And, speaking of presentation, don't forget about customizing the bait itself. Whether it's a smelly additive, a change in length, or even a completely different looking stick bait. Lately, I have been high on the PowerTeam Lures 5" Sick Stick.. That's not to talk badly about other bait companies. They all make great baits. But, I love the subtle differences in the Sick Stick and how I can use it.  They come in 17 different colors. It will cost you $4.59 for a pack of 7.

What are the little differences I like? It is flat sided instead of round. The flat sides do several unique things. First off, it increases the drag in the water which does a few things. That slows down its fall. The second thing it does is give it a lot more quiver when you raise the tip of your rod. Perhaps the most important thing the squared edges do is to trap air underneath the bait which escapes in the form of bubbles as it falls. So, even if the fish missed it falling into a grass bed, it will see the bubbles and start wondering..."what's going on over there?!?!?!?!"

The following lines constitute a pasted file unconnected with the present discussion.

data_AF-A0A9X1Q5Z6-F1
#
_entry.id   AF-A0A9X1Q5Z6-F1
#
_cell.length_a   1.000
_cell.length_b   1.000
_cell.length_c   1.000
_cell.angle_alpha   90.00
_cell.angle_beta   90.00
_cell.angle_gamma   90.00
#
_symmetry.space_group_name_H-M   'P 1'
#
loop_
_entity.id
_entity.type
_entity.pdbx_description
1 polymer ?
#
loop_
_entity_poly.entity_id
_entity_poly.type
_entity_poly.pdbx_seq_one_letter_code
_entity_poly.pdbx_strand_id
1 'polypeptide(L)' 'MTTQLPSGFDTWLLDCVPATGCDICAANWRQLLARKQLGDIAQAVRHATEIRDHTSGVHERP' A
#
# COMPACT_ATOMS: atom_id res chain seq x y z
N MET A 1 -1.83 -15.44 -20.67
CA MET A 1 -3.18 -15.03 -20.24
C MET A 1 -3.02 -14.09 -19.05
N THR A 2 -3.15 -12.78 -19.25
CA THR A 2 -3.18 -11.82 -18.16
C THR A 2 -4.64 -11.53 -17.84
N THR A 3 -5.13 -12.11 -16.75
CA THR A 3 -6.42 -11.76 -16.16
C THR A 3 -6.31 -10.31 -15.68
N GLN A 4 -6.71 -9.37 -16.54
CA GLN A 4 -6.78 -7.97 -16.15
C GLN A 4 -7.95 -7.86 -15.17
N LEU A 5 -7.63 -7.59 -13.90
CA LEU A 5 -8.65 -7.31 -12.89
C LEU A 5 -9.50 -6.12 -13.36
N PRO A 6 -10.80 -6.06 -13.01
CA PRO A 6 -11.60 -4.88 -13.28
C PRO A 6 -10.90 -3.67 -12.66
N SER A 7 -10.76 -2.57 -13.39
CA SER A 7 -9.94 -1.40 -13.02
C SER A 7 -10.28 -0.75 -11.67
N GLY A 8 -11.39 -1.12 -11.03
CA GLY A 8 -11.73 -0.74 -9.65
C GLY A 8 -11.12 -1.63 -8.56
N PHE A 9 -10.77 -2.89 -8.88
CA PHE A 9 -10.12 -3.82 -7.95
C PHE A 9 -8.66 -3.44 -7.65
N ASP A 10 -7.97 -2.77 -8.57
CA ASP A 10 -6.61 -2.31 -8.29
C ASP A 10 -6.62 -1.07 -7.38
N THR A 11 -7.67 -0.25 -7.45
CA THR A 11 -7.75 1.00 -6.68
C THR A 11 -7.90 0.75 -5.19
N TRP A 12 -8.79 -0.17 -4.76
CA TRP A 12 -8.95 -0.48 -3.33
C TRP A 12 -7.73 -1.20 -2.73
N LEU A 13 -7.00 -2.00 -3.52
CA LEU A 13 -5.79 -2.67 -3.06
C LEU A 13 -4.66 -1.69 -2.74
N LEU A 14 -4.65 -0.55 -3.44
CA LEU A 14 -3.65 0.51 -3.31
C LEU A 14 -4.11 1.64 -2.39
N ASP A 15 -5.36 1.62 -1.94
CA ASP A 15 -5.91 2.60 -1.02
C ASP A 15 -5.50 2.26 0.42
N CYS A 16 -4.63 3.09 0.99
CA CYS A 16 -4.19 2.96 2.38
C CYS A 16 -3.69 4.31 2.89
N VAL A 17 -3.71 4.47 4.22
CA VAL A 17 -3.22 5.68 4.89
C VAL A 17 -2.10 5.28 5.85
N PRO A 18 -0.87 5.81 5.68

While figuring out which technique to use on each of these lakes may take a little more expertise, a stick bait is absolutely deadly for beginning fishermen. We all need those confidence days. Days where you catch enough fish that you fall in love with the sport and have confidence to both go out again and to use a specific bait you believe in.

My wife has started fishing with me regularly. Naturally, days when the fish are biting crank baits make it fun and easy for her. But, what about the days where the bite is tough? Women don't really like sitting on the deck of a boat in hot weather, especially if they aren't catching fish. A few trips of teaching her a few basic techniques, mostly dead sticking, she was able to start catching fish on tough days. Check out this day she had on Wheeler!